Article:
Virus rescue.

Recombinant viruses were generated by reverse genetics as described elsewhere (12, 13, 29). Recombinants of A/Cal/04/2009 virus were rescued carrying wild-type NA (rCal09-wt), NA with the H275Y mutation (rCal09-H275Y), or the NA segment of A/New York/1326/2008 virus [rCal09(7:1)NY1326]. Recombinants of A/HH/01/2009 virus carried a wild-type NA (rHH-wt) or an NA with the H275Y mutation (rHH-H275Y). Supernatants were plaque purified on MDCK cells in the presence of 1 μg/ml of TPCK-treated trypsin, and single plaques were passaged on MDCK cells to generate virus stocks (13). The HA genes from the Cal09-wt and Cal09-H275Y viral stocks were sequenced and did not contain any mutations.

Virus titrations.

Virus titers were determined by plaque assay using 10-fold serial dilutions on MDCK cells and quantified after incubation at 35°C for 2 to 3 days. Samples were diluted in postinfection medium or phosphate-buffered saline (PBS) with 0.3% BSA prior to plaque assay.

Virus growth curves.

MDCK cells were seeded at 106 cells/well in 6-well plates. After allowing the cells to attach for 4 h, cells were washed in Opti-MEM (Invitrogen, San Diego, CA) and incubated with virus at an MOI of 0.004 or 0.001 diluted in postinfection medium or Opti-MEM. Diluted virus was permitted to adsorb onto cells for 1 h before addition of 2 ml postinfection medium supplemented with 1 μg/ml of TPCK-treated trypsin. The titers of supernatants sampled at select time points were determined by plaque assay.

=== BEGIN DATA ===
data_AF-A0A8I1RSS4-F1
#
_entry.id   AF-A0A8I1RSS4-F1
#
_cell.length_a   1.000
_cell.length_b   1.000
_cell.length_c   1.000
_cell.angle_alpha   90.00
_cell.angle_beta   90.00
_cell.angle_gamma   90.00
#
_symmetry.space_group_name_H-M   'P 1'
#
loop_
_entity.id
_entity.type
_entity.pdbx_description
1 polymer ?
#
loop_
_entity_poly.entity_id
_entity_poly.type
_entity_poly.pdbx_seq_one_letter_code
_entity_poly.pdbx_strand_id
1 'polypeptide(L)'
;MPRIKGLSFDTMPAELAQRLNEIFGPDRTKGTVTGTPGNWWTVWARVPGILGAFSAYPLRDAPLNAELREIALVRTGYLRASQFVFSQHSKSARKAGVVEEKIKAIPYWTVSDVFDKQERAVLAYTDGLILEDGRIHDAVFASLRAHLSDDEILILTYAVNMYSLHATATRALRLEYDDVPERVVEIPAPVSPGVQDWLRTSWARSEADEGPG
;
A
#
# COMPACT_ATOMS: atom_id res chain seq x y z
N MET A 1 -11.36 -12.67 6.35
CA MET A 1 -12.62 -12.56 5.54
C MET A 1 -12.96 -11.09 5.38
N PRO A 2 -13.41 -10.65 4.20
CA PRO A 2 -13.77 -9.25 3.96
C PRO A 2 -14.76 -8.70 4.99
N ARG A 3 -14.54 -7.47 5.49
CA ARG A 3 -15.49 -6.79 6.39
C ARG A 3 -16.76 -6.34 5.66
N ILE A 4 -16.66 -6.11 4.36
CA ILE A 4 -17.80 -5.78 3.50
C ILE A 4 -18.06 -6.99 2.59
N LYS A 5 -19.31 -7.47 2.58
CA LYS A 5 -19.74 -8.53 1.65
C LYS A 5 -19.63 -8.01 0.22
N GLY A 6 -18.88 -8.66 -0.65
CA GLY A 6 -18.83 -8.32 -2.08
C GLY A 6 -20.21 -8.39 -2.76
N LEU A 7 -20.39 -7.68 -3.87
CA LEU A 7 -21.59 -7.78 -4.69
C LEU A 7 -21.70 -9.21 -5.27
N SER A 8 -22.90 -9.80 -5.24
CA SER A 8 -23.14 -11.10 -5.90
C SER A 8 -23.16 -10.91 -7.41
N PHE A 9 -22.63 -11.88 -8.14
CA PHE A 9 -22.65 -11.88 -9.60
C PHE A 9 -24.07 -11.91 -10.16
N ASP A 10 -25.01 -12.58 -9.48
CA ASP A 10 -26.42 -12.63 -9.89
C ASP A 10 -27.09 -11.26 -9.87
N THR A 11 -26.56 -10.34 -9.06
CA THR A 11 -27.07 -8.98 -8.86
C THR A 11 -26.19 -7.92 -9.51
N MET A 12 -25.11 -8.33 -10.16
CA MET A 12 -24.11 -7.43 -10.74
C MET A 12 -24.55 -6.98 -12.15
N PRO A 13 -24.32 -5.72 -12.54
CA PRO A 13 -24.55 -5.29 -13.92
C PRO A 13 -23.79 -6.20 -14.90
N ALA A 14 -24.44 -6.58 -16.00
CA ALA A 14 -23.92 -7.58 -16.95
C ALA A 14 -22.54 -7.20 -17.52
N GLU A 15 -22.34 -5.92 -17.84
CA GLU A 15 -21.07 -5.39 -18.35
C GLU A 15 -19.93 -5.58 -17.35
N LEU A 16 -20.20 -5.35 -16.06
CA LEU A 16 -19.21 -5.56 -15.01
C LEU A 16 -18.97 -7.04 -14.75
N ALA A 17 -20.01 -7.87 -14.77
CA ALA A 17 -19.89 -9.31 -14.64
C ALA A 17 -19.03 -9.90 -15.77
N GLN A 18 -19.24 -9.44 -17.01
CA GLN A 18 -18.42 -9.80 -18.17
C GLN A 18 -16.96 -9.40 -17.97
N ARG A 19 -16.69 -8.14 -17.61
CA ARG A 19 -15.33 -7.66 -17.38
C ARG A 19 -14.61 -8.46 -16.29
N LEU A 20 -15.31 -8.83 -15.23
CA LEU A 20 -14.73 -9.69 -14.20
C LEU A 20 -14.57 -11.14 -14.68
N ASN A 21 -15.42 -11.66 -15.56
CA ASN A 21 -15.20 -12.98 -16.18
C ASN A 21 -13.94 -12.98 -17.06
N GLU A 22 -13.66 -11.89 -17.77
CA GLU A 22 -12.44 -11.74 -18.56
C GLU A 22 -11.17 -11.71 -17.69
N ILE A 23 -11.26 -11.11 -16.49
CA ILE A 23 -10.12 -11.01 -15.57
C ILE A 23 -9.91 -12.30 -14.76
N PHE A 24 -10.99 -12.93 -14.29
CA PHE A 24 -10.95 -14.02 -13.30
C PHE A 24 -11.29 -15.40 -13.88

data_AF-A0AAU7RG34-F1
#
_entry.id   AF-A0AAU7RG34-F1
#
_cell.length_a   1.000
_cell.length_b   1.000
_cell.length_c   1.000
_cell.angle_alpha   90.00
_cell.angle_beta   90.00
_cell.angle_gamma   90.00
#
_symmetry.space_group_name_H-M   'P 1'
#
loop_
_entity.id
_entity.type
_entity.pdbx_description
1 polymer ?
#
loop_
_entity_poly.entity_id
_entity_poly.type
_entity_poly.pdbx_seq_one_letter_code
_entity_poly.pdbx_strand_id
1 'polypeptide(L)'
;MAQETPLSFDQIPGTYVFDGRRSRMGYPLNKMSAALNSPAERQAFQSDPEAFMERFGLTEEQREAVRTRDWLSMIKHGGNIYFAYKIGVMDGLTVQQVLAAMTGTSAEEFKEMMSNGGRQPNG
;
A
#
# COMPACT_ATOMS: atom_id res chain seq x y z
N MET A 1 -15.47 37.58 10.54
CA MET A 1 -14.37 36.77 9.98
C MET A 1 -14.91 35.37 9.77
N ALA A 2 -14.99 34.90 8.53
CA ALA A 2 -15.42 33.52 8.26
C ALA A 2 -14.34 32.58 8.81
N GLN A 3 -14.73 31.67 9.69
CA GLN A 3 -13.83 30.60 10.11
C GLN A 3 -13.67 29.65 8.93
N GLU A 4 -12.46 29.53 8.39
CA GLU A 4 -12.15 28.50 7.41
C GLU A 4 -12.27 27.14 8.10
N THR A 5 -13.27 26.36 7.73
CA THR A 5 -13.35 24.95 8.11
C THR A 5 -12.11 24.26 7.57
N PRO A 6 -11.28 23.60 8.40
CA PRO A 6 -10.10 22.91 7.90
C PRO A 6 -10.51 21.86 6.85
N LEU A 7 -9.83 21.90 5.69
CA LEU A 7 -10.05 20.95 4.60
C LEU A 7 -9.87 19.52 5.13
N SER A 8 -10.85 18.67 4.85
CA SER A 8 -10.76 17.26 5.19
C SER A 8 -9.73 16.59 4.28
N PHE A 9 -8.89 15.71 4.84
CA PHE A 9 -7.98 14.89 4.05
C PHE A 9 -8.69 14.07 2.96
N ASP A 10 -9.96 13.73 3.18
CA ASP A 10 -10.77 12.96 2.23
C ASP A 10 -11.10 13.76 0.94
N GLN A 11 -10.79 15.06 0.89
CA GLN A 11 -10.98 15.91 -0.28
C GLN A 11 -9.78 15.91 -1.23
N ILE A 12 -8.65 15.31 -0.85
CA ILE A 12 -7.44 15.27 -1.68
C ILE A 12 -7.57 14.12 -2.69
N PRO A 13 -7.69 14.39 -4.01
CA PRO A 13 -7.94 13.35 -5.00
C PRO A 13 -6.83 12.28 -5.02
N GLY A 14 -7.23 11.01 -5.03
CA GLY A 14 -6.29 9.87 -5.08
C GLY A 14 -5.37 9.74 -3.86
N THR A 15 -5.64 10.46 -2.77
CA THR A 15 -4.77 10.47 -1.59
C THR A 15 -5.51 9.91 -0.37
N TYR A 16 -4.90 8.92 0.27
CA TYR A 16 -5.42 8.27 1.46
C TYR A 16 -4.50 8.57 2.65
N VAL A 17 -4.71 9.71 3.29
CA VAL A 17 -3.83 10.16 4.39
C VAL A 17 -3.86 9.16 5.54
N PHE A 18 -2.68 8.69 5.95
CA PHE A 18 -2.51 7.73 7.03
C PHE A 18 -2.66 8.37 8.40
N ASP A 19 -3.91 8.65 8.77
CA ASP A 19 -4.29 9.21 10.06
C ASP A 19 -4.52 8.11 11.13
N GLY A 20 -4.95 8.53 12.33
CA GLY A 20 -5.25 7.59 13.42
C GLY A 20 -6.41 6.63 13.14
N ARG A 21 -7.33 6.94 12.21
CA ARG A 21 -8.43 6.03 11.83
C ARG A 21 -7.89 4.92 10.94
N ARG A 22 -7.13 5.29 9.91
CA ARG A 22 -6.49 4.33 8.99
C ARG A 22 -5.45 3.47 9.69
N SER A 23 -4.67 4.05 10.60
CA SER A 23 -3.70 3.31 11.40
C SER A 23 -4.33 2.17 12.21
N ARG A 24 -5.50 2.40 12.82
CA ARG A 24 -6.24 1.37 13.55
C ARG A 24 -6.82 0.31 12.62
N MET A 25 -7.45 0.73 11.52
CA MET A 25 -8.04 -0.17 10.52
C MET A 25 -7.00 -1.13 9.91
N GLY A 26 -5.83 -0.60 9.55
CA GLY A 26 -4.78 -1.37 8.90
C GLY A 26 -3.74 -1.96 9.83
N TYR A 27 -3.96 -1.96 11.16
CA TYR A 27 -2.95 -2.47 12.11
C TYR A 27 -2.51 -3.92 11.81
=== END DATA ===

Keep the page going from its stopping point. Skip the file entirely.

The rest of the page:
Plaque reduction assays.

Confluent MDCK cells seeded in 6-well plates were incubated with approximately 50 to 100 PFU of virus. At 1 hour postinoculation, the inoculum was removed and replaced by postinfection medium overlay containing 1 μg/ml of TPCK-treated trypsin and either 0.64% agar (Thermo Fisher Scientific, Waltham, MA) or 3% Avicel (Thermo Fisher Scientific, Waltham, MA). The overlay medium was supplemented with oseltamivir carboxylate (TRC Inc. or Hoffmann-La Roche, Basel, Switzerland) or zanamivir (kindly provided by Glaxo Smith Kline, Brentford, United Kingdom), as required. At 2 to 3 days postinfection, cell cultures were fixed for 1 h using 4% formaldehyde diluted in PBS. For A/HH/01/2009-derived viruses, plaques were stained with crystal violet and counted manually, and plaque size was estimated by visual observation. The lowest concentration of inhibitor that resulted in at least 10-fold reduction of plaque size was referred to as the 90% inhibitory concentration (IC90). Plaques produced by A/Cal/04/2009-derived viruses were immunostained (25) using an anti-pandemic H1N1 HA monoclonal antibody (24, 26). Plaque size was quantified by scanning immunostained plaques and measuring individual plaque areas using the “Measure and Label” plug-in automatically installed on ImageJ version 1.43 (1). Images were acquired at 1,200 dots per inch (DPI), and measurements were taken manually on images at 400% of the original size to ensure accurate measurement of each plaque.